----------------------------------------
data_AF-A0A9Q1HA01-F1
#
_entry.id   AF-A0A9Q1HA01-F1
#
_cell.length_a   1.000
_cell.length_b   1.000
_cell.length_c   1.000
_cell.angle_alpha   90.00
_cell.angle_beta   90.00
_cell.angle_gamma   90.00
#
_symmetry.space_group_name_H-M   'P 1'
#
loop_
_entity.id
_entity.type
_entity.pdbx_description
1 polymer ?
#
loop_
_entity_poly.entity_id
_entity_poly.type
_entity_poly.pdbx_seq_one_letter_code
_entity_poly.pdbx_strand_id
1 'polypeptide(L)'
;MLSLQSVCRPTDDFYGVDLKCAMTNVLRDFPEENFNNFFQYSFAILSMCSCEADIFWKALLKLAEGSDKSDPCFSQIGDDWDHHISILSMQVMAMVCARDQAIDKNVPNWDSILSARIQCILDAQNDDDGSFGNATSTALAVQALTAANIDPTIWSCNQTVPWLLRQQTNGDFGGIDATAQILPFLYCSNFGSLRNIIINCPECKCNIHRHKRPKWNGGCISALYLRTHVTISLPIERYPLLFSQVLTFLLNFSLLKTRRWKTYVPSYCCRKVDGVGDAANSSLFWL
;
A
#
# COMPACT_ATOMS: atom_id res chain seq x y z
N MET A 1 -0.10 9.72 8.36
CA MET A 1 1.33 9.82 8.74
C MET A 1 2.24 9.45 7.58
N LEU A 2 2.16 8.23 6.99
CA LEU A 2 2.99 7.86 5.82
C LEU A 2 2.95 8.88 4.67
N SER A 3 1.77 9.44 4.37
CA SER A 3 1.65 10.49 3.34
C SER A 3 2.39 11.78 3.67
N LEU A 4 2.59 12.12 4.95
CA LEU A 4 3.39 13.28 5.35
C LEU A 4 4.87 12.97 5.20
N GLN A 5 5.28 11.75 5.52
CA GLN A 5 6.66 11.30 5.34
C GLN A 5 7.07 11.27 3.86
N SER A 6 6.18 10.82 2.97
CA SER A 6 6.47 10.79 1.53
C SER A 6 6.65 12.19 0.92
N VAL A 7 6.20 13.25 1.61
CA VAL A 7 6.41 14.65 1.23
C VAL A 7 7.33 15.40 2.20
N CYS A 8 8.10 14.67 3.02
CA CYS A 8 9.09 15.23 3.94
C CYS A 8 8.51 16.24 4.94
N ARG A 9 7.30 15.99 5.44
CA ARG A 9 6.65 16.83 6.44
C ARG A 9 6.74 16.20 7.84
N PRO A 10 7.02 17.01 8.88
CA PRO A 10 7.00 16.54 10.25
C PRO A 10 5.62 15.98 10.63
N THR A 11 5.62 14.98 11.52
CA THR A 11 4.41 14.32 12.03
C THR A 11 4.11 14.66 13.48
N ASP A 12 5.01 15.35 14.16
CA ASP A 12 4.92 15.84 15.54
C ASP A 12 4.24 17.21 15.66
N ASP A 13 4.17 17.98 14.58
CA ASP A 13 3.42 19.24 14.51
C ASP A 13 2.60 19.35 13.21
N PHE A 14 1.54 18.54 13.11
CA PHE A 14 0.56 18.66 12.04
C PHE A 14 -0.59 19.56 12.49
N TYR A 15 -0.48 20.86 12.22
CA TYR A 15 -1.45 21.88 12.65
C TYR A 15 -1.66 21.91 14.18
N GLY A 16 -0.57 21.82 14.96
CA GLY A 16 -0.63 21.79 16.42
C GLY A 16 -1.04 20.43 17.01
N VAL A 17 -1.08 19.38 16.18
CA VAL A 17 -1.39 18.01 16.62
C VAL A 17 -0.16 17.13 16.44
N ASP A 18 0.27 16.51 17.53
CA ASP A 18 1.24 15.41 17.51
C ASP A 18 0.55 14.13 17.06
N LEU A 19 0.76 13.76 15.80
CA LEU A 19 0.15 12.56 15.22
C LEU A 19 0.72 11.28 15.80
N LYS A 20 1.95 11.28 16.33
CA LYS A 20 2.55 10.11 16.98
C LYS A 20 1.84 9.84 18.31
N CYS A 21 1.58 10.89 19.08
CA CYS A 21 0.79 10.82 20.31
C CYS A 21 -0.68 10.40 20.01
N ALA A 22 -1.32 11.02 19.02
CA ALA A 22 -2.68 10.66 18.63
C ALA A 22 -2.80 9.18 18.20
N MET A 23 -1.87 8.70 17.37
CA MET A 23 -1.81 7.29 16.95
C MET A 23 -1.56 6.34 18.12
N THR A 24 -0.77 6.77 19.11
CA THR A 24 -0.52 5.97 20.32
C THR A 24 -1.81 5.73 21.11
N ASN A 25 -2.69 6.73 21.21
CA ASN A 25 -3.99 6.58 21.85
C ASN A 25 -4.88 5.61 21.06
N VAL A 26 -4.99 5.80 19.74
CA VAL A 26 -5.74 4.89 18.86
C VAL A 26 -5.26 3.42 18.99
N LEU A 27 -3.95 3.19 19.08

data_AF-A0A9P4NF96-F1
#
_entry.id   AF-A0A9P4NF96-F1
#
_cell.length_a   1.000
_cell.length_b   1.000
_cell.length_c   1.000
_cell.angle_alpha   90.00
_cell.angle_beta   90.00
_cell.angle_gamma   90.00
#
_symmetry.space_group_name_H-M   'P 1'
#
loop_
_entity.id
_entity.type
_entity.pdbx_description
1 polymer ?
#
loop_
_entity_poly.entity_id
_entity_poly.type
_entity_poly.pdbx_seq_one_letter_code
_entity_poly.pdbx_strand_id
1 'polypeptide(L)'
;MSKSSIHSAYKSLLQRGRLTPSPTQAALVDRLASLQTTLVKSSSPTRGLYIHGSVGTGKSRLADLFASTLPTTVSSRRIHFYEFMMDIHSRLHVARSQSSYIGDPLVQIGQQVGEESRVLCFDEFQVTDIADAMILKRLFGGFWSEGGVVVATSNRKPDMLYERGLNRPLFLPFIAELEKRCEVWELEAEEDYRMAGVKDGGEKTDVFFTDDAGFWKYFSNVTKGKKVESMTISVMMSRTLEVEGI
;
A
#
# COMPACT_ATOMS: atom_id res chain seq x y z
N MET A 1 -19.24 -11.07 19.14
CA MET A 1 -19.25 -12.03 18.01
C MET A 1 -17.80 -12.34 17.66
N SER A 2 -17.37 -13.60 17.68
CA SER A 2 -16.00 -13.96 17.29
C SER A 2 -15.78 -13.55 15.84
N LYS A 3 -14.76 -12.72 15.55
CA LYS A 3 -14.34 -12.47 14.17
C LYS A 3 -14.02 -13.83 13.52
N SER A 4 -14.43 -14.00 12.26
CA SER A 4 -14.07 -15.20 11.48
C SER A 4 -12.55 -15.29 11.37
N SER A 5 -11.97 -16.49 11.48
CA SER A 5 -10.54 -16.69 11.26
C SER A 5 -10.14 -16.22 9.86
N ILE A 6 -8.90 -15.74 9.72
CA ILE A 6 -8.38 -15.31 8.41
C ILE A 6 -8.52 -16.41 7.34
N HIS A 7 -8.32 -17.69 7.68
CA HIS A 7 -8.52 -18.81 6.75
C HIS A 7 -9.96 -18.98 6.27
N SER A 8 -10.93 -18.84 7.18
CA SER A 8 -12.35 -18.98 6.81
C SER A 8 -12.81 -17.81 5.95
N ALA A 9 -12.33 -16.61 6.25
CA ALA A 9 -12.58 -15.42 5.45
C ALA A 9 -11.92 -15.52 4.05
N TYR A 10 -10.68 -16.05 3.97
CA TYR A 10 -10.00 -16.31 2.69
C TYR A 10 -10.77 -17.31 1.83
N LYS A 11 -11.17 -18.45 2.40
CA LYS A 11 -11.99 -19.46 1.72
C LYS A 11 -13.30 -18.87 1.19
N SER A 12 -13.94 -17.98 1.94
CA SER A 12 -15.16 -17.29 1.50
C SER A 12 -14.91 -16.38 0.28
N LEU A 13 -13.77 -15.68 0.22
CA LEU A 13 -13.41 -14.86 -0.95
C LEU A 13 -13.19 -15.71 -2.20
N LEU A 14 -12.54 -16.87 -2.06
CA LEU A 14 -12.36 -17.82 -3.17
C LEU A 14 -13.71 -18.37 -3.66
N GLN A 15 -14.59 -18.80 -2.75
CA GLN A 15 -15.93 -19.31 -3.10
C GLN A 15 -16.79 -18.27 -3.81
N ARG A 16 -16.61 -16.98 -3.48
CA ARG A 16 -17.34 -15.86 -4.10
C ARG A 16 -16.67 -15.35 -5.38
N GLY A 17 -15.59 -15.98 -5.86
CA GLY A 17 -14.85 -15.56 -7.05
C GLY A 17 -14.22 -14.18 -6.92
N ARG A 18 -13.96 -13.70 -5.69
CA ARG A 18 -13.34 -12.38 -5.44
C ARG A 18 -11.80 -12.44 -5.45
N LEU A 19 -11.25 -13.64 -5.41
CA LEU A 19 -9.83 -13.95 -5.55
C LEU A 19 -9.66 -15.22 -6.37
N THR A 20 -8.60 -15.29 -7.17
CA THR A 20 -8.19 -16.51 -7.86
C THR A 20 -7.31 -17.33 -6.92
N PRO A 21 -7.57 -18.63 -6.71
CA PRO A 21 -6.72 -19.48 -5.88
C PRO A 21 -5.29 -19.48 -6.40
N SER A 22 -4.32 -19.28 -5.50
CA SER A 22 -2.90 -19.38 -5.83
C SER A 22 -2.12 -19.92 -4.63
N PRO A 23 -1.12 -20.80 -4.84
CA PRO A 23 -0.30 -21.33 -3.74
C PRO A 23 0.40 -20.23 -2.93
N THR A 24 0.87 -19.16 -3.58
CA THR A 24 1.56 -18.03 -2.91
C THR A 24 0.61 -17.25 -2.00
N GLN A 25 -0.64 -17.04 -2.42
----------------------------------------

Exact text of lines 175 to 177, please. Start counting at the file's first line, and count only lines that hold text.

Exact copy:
C SER A 12 -14.91 -16.38 0.28
N LEU A 13 -13.77 -15.68 0.22
CA LEU A 13 -13.41 -14.86 -0.95